Virginia Regulatory Town Hall
Department of Medical Assistance Services
Board of Medical Assistance Services
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3/29/23  5:41 pm
Commenter: Anonymous

Work With Parents, Not Against Us

As the mother of two young boys with multiple and profound disabilities, I am very concerned about DMAS’s proposed guidelines that would only further complicate an already cumbersome resource of support that is to be found in attendant care. DMAS does not seem to intimately understand the lifestyle of families like mine and the layers of barriers we face in accessing competent and consistent care for our children, nor do these guidelines suggest that DMAS trusts parents and sees us as the experienced and most reliable providers that we are. 

At 7 and 10 years old, my boys are dependent in ways beyond their typical school-aged peers. In fact, they are dependent in all of their activities for daily living (this includes transporting, toileting, and feeding) and need 1:1 support to access their community and to live active and full lives alongside their classmates and friends. I, too, am not a typical parent like many of my own peers: I am a caregiver, and up until the COVID pandemic and Appendix K, my boys’ Medicaid waiver enabled me to hire attendants but not be a paid one myself. 

The reality in our household is that because my boys require 1:1 care and because attendant care is difficult to access (re: unproportional $12.70/hour wages for the nature of the job), I am most often providing 1:2 care or can only secure one attendant at a time so that we are each providing 1:1 care; either way, I’m the common denominator: always there to provide the care my children depend on. The demographic we have found the most attendants through has been graduate students in related fields at our local university: OT, PT, or special education. They’re usually fitting in the attendant care work between their classes and clinical work, and although we’ve been fortunate to have some wonderful attendants who find the work with us to be companionable to their education, they can only stick around for a year or two before they graduate and go on to get a “real” job. The care is helpful when it’s available but only being able to find half the care I need on a part-time basis does not allow me to work outside of the house. Appendix K has afforded me an income for the work I was already doing and will continue to do day in and day out because what is most important to me and my children is that they live in our home and within our community, not an institution. For some families the flexibility has given them options to choose the best caretaking scenario for their child(ren); for us, it has provided a life-line.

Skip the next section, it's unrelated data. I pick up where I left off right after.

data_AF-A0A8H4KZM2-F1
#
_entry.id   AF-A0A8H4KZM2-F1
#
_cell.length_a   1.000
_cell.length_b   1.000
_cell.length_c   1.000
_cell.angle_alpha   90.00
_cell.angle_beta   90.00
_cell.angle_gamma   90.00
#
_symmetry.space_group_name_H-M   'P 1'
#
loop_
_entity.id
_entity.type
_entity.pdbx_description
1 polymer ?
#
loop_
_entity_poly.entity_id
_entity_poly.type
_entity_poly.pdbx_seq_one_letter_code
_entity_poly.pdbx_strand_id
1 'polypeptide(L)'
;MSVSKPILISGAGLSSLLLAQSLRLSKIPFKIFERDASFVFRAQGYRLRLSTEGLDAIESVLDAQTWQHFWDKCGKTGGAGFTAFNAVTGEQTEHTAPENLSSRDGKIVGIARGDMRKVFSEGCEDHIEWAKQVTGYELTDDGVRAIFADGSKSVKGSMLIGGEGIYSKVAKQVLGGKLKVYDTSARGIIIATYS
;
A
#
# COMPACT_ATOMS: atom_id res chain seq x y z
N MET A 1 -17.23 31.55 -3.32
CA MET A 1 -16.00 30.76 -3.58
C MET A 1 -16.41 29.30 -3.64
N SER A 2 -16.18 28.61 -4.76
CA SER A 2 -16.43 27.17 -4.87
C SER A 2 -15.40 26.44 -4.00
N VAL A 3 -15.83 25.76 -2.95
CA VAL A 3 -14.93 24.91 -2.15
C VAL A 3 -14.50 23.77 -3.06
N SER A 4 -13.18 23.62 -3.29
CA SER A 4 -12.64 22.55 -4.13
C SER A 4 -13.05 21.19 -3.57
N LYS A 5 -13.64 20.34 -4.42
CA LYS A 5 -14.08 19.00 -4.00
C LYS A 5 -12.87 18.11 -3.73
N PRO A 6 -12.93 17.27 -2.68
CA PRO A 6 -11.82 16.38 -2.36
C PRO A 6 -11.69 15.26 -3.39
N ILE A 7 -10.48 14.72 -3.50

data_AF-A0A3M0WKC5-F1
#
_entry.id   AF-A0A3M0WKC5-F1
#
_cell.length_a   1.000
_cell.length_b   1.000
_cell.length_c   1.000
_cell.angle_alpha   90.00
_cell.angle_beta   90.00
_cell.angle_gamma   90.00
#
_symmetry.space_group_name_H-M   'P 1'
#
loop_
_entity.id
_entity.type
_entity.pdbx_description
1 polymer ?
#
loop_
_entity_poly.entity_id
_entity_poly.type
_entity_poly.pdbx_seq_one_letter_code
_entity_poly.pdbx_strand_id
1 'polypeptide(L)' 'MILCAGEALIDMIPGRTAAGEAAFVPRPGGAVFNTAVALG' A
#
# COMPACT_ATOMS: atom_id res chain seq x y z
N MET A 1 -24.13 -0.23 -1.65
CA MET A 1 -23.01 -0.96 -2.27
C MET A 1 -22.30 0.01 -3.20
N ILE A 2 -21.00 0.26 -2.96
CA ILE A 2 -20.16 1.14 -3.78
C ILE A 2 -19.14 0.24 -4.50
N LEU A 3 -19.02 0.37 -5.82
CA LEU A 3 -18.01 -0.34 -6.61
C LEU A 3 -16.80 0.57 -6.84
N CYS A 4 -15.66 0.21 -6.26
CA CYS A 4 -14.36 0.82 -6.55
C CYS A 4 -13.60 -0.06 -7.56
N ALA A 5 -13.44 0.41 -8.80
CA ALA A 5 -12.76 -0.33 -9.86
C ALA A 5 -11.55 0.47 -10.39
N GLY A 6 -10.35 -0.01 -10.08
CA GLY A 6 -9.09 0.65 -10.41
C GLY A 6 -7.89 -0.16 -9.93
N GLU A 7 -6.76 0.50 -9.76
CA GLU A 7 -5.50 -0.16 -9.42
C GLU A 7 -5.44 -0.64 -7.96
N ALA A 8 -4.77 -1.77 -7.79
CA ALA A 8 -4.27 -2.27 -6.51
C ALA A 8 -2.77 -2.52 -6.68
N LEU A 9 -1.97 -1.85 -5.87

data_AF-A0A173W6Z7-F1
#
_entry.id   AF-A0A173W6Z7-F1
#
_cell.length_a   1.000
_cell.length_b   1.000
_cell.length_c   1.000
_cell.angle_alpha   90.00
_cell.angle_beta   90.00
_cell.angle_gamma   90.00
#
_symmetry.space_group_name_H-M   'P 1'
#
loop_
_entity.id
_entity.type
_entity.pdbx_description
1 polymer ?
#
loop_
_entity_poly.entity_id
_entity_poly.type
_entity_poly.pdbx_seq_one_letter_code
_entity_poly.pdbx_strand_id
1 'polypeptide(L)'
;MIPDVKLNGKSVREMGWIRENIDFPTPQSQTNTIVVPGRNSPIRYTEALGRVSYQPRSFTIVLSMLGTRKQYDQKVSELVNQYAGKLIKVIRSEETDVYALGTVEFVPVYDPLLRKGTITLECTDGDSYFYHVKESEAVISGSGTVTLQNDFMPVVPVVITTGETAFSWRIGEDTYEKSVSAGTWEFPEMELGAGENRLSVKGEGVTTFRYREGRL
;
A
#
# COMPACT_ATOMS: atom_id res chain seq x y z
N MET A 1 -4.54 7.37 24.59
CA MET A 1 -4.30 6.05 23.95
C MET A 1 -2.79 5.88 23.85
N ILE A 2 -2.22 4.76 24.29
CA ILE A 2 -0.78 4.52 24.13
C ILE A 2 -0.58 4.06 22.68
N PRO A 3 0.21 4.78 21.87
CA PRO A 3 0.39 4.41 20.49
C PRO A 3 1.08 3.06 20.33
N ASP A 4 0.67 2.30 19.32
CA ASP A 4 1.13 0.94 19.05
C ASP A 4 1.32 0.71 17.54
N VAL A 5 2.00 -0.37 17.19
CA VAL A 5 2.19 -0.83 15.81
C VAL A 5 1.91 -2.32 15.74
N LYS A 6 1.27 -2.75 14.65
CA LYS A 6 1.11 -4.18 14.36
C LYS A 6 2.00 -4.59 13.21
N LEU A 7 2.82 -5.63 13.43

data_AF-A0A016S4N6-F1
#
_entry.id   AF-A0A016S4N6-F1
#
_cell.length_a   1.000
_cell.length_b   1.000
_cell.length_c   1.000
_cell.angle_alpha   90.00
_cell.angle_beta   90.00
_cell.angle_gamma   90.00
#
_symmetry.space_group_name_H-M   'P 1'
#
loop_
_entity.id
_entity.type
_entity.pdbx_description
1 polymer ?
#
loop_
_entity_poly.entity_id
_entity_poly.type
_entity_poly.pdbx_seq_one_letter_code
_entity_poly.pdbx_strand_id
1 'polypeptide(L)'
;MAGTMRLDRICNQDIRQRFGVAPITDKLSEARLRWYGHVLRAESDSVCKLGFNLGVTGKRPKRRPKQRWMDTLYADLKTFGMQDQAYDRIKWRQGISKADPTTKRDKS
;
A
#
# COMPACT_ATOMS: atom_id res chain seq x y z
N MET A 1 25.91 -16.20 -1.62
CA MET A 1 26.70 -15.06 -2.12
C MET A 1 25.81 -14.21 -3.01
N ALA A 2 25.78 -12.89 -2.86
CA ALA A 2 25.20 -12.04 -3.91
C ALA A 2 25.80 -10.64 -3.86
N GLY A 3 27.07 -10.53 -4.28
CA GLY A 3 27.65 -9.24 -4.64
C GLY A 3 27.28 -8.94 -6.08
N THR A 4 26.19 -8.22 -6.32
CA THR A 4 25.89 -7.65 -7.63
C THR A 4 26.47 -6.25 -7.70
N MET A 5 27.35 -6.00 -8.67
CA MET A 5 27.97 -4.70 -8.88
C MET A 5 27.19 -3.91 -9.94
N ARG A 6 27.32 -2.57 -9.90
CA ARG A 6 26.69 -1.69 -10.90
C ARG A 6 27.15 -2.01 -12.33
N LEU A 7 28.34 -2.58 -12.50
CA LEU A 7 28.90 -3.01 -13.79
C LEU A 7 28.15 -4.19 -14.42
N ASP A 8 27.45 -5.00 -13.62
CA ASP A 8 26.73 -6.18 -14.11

However, DMAS’s proposed guidelines would only impose additional burdens to families like mine while stripping us of our autonomy and our minor children’s access to consumer-directed services. When a parent is able to be their child’s (or in our family’s circumstance, children’s) paid provider, there is less risk for abuse by outsiders and there is greater opportunity for continuity of care (the low wage of these positions prohibit retention). Being a paid provider also means that I am able to join the workforce and have dignity in the work I do each day while financially contributing to my family and our local economy. DMAS wants us to spend the time we would be caring for our children instead exhausting existing resources we may not even be interested in and providing written documentation that there are no other alternative providers, despite the fact that many parents want to be their children’s providers, knowing we’re the most capable and reliable. 

Further, DMAS intends to distinguish parents who are paid providers from other attendants by imposing an arbitrary limit of 40 hours per week on parents, no matter what the reality of an individual’s care needs are; taking away eligibility for respite hours, even though being a paid provider is arguably exactly the reason why a parent would need respite; and requiring that parents are agency-directed rather than consumer-directed, which would force parents to be trained by outside agencies on how to care for their own children when, in fact, parents are the experts on their own children. There are already safeguards set up to ensure that any personal care attendants follow regulations; parents do not need additional requirements. 

DMAS, please listen to us parents and hear us when we say these guidelines are offensive, burdensome, and limiting to what we should all be here for: providing the best quality and most consistent care for minor children in Virginia with disabilities so that they may live the lives of their choosing in their own homes and communities. 

CommentID: 214950